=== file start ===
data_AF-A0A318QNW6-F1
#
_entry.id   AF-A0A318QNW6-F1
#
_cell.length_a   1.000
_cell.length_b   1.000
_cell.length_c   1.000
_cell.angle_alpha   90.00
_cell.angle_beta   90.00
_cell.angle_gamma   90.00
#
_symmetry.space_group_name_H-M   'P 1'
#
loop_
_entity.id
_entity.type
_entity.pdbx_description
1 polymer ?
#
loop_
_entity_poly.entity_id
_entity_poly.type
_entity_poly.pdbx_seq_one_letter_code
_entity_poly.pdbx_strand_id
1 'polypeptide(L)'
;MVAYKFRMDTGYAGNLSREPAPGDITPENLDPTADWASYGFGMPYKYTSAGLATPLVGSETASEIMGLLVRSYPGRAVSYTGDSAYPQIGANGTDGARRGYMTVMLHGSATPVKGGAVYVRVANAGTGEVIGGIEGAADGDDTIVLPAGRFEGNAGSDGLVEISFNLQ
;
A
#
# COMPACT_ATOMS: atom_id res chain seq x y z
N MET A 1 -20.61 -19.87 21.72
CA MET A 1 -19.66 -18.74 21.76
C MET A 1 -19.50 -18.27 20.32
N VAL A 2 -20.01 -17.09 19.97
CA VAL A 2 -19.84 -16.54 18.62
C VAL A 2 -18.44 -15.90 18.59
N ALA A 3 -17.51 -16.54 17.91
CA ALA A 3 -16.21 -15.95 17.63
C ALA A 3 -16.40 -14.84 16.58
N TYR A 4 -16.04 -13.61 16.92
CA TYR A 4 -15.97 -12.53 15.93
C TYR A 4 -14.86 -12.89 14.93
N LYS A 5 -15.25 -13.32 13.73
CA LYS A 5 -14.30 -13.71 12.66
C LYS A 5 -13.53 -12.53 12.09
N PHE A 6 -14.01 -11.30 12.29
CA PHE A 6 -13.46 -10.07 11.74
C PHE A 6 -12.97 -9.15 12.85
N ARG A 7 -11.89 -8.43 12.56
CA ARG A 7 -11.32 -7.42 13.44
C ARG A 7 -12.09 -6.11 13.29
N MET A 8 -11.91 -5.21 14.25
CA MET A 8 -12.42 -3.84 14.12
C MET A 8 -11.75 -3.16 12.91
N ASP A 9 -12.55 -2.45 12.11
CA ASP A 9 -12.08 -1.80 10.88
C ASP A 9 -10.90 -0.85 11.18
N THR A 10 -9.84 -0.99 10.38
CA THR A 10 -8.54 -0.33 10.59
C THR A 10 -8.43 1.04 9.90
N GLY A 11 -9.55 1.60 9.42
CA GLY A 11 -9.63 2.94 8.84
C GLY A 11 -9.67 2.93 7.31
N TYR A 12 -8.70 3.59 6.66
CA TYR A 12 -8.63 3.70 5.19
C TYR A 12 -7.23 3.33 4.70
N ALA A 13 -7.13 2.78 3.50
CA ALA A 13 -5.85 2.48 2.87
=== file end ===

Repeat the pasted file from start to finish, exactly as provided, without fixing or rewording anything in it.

data_AF-A0A318QNW6-F1
#
_entry.id   AF-A0A318QNW6-F1
#
_cell.length_a   1.000
_cell.length_b   1.000
_cell.length_c   1.000
_cell.angle_alpha   90.00
_cell.angle_beta   90.00
_cell.angle_gamma   90.00
#
_symmetry.space_group_name_H-M   'P 1'
#
loop_
_entity.id
_entity.type
_entity.pdbx_description
1 polymer ?
#
loop_
_entity_poly.entity_id
_entity_poly.type
_entity_poly.pdbx_seq_one_letter_code
_entity_poly.pdbx_strand_id
1 'polypeptide(L)'
;MVAYKFRMDTGYAGNLSREPAPGDITPENLDPTADWASYGFGMPYKYTSAGLATPLVGSETASEIMGLLVRSYPGRAVSYTGDSAYPQIGANGTDGARRGYMTVMLHGSATPVKGGAVYVRVANAGTGEVIGGIEGAADGDDTIVLPAGRFEGNAGSDGLVEISFNLQ
;
A
#
# COMPACT_ATOMS: atom_id res chain seq x y z
N MET A 1 -20.61 -19.87 21.72
CA MET A 1 -19.66 -18.74 21.76
C MET A 1 -19.50 -18.27 20.32
N VAL A 2 -20.01 -17.09 19.97
CA VAL A 2 -19.84 -16.54 18.62
C VAL A 2 -18.44 -15.90 18.59
N ALA A 3 -17.51 -16.54 17.91
CA ALA A 3 -16.21 -15.95 17.63
C ALA A 3 -16.40 -14.84 16.58
N TYR A 4 -16.04 -13.61 16.92
CA TYR A 4 -15.97 -12.53 15.93
C TYR A 4 -14.86 -12.89 14.93
N LYS A 5 -15.25 -13.32 13.73
CA LYS A 5 -14.30 -13.71 12.66
C LYS A 5 -13.53 -12.53 12.09
N PHE A 6 -14.01 -11.30 12.29
CA PHE A 6 -13.46 -10.07 11.74
C PHE A 6 -12.97 -9.15 12.85
N ARG A 7 -11.89 -8.43 12.56
CA ARG A 7 -11.32 -7.42 13.44
C ARG A 7 -12.09 -6.11 13.29
N MET A 8 -11.91 -5.21 14.25
CA MET A 8 -12.42 -3.84 14.12
C MET A 8 -11.75 -3.16 12.91
N ASP A 9 -12.55 -2.45 12.11
CA ASP A 9 -12.08 -1.80 10.88
C ASP A 9 -10.90 -0.85 11.18
N THR A 10 -9.84 -0.99 10.38
CA THR A 10 -8.54 -0.33 10.59
C THR A 10 -8.43 1.04 9.90
N GLY A 11 -9.55 1.60 9.42
CA GLY A 11 -9.63 2.94 8.84
C GLY A 11 -9.67 2.93 7.31
N TYR A 12 -8.70 3.59 6.66
CA TYR A 12 -8.63 3.70 5.19
C TYR A 12 -7.23 3.33 4.70
N ALA A 13 -7.13 2.78 3.50
CA ALA A 13 -5.85 2.48 2.87